The injury and subsequent transition planning led them to attend the USO Caregivers Seminar in Tacoma, Washington. But instead of being inundated with PowerPoint slides, the Strausbaughs picked up caregiving and transition tips and even had a little fun along the way.

“We’re connected with one another,” Isaac said. “We’re having a good time. That’s the best way to learn.”

USO Caregivers Seminars are designed to address the immediate and long-term needs of caregivers of wounded, ill and injured service members. And they’re supposed to release some tension, too. Isaac was even called up on stage during one of the sessions about communication, led by gameonNation.

The Strausbaughs left feeling good about the seminar and even took away some after-action points.

“My takeaway would be to be able to support him better and to be more understanding and for us to not be so stressed out about the whole transition process,” Jillian said.

Prince Harry, Michelle Obama and Jill Biden Visit the USO Warrior and Family Center

A trio of VIPs stopped in at the USO Warrior and Family Center at Fort Belvoir, Virginia, to see how art therapy programs there were helping wounded, ill and injured troops.

Prince Harry, on a U.S. tour in October to promote the Invictus Games, paid a visit with First Lady Michelle Obama and Dr. Jill Biden – the co-founders of the Joining Forces initiative – to the USO center’s art and music rooms.

Hunter Hayes and USO Host Late-Night Street Party in Nashville

To kick off CMA Awards week, USO tour veteran and award-winning musician Hunter Hayes partnered with the USO to host a late-night street party and concert outside Bridgestone Arena in Nashville. The Nov. 2 concert, which was free and open to the public, honored service members and their families.

USO Fort Campbell, located an hour north of Nashville, sent over 100 service members and their families to the event as special guests of Hayes, including Army Spc. Christian Sheers, the 2015 USO Soldier of the Year. Hayes, who’s been a USO supporter since 2014, invited Sheers and his wife onstage and introduced them to the crowd during the show.

“Spc. Sheers and his wife, Jess, had the best night ever, singing every word to every song,” USO Fort Campbell Center Director Kari Moore wrote in an email.

Even though it was a Monday night, Hayes wanted people to party like it was the weekend.

“We’re going to pretend like it’s a Friday or a Saturday night and keep rocking,” Hayes said.

AT&T and the USO Keep Service Members Connected to Family and Friends

For nearly 100 years, AT&T has remained dedicated to supporting service members, veterans and military families. Over the past 25 years, the company has proudly supported the USO to accomplish that important task.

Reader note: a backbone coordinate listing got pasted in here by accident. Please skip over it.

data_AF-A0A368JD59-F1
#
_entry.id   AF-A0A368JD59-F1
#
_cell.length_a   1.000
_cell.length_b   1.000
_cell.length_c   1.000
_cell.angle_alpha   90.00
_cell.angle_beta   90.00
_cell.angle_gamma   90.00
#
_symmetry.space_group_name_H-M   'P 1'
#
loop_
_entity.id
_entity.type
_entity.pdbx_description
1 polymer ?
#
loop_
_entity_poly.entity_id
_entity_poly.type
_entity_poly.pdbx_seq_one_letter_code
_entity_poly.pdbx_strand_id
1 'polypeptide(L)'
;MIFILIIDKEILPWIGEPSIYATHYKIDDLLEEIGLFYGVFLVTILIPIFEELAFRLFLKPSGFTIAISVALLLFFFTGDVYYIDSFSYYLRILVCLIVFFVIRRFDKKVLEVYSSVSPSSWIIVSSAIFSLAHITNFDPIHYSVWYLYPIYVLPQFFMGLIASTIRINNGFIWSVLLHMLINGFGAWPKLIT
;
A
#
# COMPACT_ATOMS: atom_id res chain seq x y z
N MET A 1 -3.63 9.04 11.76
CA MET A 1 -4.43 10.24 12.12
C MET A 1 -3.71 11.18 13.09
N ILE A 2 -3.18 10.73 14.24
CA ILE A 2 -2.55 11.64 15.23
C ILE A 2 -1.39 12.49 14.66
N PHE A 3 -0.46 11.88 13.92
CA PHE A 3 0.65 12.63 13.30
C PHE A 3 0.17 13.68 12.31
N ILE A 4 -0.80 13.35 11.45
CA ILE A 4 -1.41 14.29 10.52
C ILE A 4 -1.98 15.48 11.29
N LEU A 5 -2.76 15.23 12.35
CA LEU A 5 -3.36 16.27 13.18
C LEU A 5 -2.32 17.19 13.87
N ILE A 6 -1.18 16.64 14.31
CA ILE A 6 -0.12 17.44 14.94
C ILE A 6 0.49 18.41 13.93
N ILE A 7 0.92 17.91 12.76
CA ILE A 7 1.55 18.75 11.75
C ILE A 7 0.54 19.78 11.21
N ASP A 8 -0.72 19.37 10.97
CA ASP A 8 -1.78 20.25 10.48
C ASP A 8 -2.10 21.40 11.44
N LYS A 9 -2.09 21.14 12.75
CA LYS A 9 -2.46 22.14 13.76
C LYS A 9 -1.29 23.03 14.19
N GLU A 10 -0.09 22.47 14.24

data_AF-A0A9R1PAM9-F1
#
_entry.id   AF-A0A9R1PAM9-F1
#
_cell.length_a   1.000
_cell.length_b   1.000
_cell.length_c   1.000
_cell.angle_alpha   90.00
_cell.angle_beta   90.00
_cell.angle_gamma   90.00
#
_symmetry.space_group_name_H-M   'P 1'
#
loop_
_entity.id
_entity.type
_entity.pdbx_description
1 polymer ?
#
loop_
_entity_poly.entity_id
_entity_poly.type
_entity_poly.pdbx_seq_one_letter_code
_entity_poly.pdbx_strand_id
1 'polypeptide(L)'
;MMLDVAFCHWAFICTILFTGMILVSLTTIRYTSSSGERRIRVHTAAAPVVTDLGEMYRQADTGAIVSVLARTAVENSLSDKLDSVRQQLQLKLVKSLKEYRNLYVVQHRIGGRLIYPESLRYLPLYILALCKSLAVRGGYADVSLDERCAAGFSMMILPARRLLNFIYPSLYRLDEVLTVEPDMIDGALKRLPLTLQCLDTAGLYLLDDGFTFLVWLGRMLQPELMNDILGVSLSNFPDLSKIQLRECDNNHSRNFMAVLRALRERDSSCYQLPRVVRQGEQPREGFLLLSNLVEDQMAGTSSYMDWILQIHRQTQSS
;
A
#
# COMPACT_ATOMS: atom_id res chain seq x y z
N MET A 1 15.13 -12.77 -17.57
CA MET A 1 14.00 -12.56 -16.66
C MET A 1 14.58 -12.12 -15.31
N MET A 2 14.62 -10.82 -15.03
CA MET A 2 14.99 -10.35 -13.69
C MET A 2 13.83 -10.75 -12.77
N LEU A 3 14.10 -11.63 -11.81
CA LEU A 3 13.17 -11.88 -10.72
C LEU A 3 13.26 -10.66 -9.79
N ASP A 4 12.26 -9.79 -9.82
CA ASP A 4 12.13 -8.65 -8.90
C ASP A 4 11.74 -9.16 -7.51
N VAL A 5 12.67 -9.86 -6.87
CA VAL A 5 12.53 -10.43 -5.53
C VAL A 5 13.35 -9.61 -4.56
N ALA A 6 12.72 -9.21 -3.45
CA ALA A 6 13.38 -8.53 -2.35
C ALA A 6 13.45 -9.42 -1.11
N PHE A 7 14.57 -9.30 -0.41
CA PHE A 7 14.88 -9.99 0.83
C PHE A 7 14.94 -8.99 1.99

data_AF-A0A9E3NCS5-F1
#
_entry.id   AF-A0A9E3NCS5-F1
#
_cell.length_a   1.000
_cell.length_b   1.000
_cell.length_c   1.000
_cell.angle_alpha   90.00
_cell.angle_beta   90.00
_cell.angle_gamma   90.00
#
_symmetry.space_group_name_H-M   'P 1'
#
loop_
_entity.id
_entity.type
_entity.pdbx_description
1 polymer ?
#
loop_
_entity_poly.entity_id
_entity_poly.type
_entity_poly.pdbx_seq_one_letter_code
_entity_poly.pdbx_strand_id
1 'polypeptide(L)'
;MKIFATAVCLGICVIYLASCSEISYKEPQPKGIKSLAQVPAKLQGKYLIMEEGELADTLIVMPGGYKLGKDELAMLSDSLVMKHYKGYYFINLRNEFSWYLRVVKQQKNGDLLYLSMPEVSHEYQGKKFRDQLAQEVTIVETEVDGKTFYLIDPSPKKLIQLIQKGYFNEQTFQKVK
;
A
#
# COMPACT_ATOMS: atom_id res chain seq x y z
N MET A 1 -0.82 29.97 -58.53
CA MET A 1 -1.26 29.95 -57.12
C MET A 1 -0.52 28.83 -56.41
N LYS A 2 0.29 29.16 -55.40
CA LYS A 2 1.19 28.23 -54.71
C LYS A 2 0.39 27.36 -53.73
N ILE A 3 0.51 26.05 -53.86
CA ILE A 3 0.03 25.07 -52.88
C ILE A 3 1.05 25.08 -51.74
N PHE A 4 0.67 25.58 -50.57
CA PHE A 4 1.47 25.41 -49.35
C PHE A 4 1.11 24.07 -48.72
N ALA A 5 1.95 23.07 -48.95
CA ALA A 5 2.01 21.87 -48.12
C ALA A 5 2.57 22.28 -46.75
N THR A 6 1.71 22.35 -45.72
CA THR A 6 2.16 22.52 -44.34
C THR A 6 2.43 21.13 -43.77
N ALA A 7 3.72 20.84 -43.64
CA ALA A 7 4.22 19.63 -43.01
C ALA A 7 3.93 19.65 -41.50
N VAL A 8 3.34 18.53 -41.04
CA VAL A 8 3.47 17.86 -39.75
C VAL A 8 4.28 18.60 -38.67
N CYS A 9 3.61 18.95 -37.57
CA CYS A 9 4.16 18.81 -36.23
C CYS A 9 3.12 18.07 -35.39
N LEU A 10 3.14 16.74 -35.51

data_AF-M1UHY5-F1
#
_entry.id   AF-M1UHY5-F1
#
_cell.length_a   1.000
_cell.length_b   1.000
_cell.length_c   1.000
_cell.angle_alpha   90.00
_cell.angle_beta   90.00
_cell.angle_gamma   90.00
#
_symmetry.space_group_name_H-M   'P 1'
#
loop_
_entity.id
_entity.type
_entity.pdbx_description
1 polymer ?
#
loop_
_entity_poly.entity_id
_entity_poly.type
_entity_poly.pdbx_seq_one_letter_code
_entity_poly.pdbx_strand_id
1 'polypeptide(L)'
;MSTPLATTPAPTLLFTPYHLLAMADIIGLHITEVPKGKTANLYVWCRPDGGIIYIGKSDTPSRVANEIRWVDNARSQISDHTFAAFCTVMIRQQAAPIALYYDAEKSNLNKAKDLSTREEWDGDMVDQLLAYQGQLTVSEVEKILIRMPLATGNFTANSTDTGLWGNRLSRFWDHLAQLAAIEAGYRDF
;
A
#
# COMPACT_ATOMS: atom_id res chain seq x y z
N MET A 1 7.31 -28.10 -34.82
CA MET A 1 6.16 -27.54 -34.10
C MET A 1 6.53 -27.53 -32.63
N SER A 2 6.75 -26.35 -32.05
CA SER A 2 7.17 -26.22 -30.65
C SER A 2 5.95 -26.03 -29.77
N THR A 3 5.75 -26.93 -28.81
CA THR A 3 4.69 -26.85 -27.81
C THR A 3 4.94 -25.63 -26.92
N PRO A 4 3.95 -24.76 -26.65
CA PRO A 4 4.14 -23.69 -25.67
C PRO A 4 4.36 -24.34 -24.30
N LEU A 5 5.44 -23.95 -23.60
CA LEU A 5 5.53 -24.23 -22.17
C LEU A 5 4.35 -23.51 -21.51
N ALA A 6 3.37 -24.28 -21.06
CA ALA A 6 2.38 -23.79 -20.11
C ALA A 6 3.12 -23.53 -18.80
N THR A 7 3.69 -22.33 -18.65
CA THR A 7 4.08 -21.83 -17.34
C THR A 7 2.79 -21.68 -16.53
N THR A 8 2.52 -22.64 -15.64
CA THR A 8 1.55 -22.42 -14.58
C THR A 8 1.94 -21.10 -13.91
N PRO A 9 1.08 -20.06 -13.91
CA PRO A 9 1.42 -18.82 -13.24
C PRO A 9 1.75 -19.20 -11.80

In 2015, AT&T provided 50,000 prepaid phone cards and a monetary donation to the USO’s Operation Phone Home program.

Established in 2003, Operation Phone Home delivers prepaid international phone cards to deployed troops free of charge. The phone cards, distributed through USO centers overseas, are most often delivered directly to deployed military units. Service members can call home to connect with family and friends using the USO’s private telephone network in USO centers across Southwest Asia.

USO Partner Wawa Provides Service Members with a Taste of Home

Service members joined forces with the USO and Wawa in November to build more than 5,000 care packages to send to deployed military members.

Wawa employees, volunteers and Army National Guard members built, transported and stored 7,800 pounds of favorites like coffee and sweet treats and employees sent handwritten letters of support to military members stationed overseas.

Service members, Wawa employees and volunteers built more than 5,000 care packages for deployed troops on Nov. 10. | Photo credit Wawa photo

“At Wawa, supporting our military is part of our DNA,” said Chris Gheysens, Wawa’s president and CEO. “Each year, Veterans Day gives us a chance to thank our troops, and, in our own small way, give something back to the brave men and women who protect the freedoms we all celebrate.”

Wawa also presented a $770,000 check to the USO during the Operation Taste of Home event. Generous customers and employees raised the funds through in-store campaigns at more than 700 Wawa stores earlier this year.

“We strive to keep the men and women of our military connected to their loved ones and country throughout their service,” said Lisa Anastasi, the USO’s chief development officer. “Partnerships like this make the USO’s mission possible.”